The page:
An auxiliary power system designed and produced by a company with a long history in Minnesota appears to have played a role in the miraculous landing of USAir Flight 1529 on the Hudson River on January 15.
I was alerted to this news by a colleague at one of the local Honeywell facilities (in Golden Valley): Rich Hoeg, who’s manager of web collaboration and knowledge sharing. (Honeywell was founded in Minnesota and based here for most of its life, but corporate offices were moved to New Jersey when it merged with Allied Signal in 1999. The company still employs thousands here in Minnesota.)
The first known photo of the downed plane, taken with an iPhone — with a dirty lens! — as
the first ferry came alongside. It was shot minutes after the A320 touched down on the river.
(Photo by Janis Krums)
I first met Rich Hoeg, who’s been with Honeywell since 1985, when he spoke at the Minnebar event in May 2008. I encouraged him then to attend a great conference on enterprise collaboration, called Defrag, which was held in Denver this past November. The conference producer asked Rich to speak there, and his session was very well received.
Rich has an excellent personal blog, where he posted recently about the life-saving Honeywell system (which I assume is part of all Airbus 320s). Here’s an excerpt:
“I like to keep my blog private from my professional life, but sometimes you just have to brag! My employer, Honeywell, manufacturers APU’s (auxiliary power units) for commercial jet aircraft. In the case of the dramatic controlled landing by US Airways Flight 529 (sic) on the Hudson River, this is what the Wall Street Journal had to say …
And he linked to that story: Backup System Helped Pilot Control Jet (WSJ, 1/20/09). It described how the Honeywell “APU” may have averted a major catastrophe (two excerpts):
“As the captain of US Airways Flight 1549 prepared to ditch his disabled jet in New York’s Hudson River, he had some help from some last-resort equipment that apparently kept the plane’s electrical and hydraulic systems working even as both engines nearly shut down.” …
“The generators that routinely provide electricity weren’t available because they are driven by the aircraft’s engines — which weren’t putting out sufficient power after apparently having ingested several geese. But the plane’s auxiliary power unit — made by Honeywell International Inc. — was operating during the descent and gave the pilot full use of the jet’s flight-control system, according to a spokesman for the National Transportation Safety Board and other people familiar with the details.”
Rich went on to say in his blog post: “… if the pilot had not been able to control the A320 jet (i.e. the flight controls), it would have been impossible to fly the aircraft.” I of course immediately asked Rich if any of the engineers that designed this Honeywell backup sytem are located here in Minnesota. To which he replied: “We have a bunch of cool Aerospace engineers in Minnesota, just not the APU folks.”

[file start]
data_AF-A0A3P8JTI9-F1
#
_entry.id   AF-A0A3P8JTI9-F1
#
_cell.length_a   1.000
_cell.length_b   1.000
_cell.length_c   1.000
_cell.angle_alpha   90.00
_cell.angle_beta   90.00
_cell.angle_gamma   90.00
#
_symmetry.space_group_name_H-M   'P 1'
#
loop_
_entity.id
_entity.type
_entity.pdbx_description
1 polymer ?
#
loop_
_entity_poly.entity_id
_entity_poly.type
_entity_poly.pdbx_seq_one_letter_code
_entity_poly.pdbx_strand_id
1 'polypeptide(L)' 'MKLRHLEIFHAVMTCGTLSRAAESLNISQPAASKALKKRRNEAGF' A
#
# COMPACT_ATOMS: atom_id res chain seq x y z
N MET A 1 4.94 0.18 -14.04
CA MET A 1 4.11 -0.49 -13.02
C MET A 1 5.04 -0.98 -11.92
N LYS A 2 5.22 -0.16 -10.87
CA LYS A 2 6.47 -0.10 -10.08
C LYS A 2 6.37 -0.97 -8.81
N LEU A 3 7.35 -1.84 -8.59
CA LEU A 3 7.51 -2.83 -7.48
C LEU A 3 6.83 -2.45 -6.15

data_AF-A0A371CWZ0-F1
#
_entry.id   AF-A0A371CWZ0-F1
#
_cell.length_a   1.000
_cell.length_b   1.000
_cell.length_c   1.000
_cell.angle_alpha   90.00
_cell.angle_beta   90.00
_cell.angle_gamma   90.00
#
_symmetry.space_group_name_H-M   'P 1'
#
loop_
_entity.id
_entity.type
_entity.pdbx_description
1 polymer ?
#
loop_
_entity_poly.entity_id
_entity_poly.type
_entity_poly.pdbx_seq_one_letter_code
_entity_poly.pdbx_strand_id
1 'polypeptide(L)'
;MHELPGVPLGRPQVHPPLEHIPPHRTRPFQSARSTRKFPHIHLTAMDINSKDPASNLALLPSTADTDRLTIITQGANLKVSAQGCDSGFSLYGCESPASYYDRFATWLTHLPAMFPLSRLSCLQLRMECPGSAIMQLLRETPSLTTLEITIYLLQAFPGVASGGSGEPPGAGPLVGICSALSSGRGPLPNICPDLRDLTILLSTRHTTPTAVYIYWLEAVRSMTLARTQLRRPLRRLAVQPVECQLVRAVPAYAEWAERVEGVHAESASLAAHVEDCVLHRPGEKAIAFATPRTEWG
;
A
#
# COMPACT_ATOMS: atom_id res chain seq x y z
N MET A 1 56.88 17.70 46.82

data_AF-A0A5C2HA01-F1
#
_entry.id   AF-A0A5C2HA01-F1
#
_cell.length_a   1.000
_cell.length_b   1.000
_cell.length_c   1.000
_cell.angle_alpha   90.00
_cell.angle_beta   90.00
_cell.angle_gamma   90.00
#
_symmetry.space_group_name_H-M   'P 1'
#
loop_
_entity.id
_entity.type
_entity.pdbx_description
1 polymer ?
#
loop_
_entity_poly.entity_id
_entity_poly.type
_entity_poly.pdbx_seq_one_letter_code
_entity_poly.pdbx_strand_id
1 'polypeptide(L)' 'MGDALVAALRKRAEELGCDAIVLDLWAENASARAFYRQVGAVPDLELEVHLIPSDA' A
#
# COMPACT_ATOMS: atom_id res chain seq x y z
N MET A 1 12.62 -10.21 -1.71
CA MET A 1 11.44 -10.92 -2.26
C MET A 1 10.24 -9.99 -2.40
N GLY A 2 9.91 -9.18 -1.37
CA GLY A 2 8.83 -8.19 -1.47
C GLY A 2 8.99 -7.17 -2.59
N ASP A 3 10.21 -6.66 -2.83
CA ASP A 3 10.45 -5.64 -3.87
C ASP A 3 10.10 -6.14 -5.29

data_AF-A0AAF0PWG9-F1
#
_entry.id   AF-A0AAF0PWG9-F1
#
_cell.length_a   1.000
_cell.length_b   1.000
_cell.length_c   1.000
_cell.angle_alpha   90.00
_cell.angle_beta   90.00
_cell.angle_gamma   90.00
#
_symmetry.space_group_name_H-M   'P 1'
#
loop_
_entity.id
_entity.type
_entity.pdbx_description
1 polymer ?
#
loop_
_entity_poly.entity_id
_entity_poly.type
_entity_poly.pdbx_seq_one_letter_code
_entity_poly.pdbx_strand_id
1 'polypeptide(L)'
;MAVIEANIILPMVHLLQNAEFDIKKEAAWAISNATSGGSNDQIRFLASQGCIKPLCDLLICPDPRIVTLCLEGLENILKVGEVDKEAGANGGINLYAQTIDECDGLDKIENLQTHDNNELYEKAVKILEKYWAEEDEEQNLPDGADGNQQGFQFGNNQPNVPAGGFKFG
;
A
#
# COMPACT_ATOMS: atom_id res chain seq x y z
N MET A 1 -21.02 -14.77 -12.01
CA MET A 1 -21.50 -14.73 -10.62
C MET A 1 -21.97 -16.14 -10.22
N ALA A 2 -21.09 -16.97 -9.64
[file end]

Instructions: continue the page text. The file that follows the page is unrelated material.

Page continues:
Nonetheless, this news is obviously a great source of pride for a very longstanding, innovative Minnesota company — the legacy of which is still very much present here in the state. And that’s not just with its own operations here, many of which are doing work that’s classified or company confidential (so even your probing Minnov8 reporters can’t write about it!) — but with other successful tech firms based here that grew out of Honeywell beginnings. (Two prime examples are Secure Computing and NVE.)
So, what kinds of stuff is Honeywell doing today in the way of advanced technology that involves its employees here in Minnesota? I did a little research: how’s this for some high-end space age stuff? — a Honeywell web page on Microelectronics & Precision Sensors. And here’s another page that gives a good overview of what Honeywell’s R&D labs are working on, worldwide. Minnesota is one of three U.S. research centers for Honeywell, the others being in New Jersey and Arizona.
(The US Airways Airbus A320 being lifted from the frigid waters of the Hudson River onto a barge using two harnesses and a crane more than 20 stories tall. Photo by Robert Stolarik for the NY Times.)
And, in an update to the investigation surrounding Flight 1549, see this story in today’s Wall Street Journal: New Focus Put on Avoiding Bird Strikes. (Also see this WSJ blog post today for more on the subject.) The quest for technology solutions to make air travel safer never ends. Though the ones cited in the above article are from companies in Oregon and Florida, I suspect we’ll continue to see Honeywell’s research operations producing their share of innovations, whether in aerospace/aviation or in many other areas. So, the next time you run into any Honeywell employees here in our state, tell them they work for a pretty cool company….